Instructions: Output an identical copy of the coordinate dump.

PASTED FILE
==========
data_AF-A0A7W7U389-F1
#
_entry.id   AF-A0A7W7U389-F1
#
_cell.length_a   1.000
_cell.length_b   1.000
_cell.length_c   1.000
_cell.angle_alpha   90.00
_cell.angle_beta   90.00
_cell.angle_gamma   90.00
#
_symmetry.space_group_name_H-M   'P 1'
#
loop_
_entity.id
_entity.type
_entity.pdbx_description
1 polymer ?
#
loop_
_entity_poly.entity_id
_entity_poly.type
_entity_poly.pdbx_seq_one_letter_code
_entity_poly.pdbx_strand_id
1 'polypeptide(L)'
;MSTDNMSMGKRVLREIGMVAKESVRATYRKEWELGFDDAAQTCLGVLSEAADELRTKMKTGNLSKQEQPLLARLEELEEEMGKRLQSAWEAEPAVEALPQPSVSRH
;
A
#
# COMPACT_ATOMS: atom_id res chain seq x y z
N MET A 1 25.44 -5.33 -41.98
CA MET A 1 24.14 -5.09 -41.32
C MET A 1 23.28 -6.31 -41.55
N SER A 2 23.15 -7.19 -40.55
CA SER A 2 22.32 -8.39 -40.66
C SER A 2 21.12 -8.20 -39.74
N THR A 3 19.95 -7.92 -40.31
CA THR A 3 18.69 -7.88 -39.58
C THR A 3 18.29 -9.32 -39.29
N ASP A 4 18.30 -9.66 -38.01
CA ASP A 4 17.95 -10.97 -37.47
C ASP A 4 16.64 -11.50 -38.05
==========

data_AF-A0A7W7U389-F1
#
_entry.id   AF-A0A7W7U389-F1
#
_cell.length_a   1.000
_cell.length_b   1.000
_cell.length_c   1.000
_cell.angle_alpha   90.00
_cell.angle_beta   90.00
_cell.angle_gamma   90.00
#
_symmetry.space_group_name_H-M   'P 1'
#
loop_
_entity.id
_entity.type
_entity.pdbx_description
1 polymer ?
#
loop_
_entity_poly.entity_id
_entity_poly.type
_entity_poly.pdbx_seq_one_letter_code
_entity_poly.pdbx_strand_id
1 'polypeptide(L)'
;MSTDNMSMGKRVLREIGMVAKESVRATYRKEWELGFDDAAQTCLGVLSEAADELRTKMKTGNLSKQEQPLLARLEELEEEMGKRLQSAWEAEPAVEALPQPSVSRH
;
A
#
# COMPACT_ATOMS: atom_id res chain seq x y z
N MET A 1 25.44 -5.33 -41.98
CA MET A 1 24.14 -5.09 -41.32
C MET A 1 23.28 -6.31 -41.55
N SER A 2 23.15 -7.19 -40.55
CA SER A 2 22.32 -8.39 -40.66
C SER A 2 21.12 -8.20 -39.74
N THR A 3 19.95 -7.92 -40.31
CA THR A 3 18.69 -7.88 -39.58
C THR A 3 18.29 -9.32 -39.29
N ASP A 4 18.30 -9.66 -38.01
CA ASP A 4 17.95 -10.97 -37.47
C ASP A 4 16.64 -11.50 -38.05